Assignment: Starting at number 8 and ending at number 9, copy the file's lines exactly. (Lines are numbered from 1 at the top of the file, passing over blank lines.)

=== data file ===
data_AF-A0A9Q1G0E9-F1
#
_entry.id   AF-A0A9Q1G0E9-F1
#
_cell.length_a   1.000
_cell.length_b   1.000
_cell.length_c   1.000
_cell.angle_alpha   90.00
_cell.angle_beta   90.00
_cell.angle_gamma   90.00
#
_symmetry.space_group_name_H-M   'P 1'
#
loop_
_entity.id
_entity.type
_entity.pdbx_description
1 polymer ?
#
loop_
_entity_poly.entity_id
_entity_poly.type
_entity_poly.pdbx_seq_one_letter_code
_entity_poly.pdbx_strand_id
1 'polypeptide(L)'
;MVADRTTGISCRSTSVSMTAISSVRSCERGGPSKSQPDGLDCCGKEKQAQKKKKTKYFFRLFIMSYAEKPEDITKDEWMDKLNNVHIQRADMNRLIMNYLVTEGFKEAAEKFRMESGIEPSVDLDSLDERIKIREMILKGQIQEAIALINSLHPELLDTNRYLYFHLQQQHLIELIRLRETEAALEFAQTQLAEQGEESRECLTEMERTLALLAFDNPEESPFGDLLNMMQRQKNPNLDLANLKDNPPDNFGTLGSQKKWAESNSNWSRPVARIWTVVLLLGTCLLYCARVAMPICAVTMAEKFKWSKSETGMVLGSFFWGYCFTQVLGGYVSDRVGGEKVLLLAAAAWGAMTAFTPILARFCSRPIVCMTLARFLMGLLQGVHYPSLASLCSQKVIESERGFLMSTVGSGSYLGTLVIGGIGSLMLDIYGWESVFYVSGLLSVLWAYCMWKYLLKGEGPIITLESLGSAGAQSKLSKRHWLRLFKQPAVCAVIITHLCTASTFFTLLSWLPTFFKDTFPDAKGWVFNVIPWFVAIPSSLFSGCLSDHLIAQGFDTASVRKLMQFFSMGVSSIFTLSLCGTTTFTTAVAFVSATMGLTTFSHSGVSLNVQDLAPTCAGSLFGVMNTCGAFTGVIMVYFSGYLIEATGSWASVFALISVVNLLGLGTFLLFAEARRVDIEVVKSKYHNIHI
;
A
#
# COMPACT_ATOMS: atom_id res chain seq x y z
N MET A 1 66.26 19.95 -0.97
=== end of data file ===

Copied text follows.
_cell.angle_alpha   90.00
_cell.angle_beta   90.00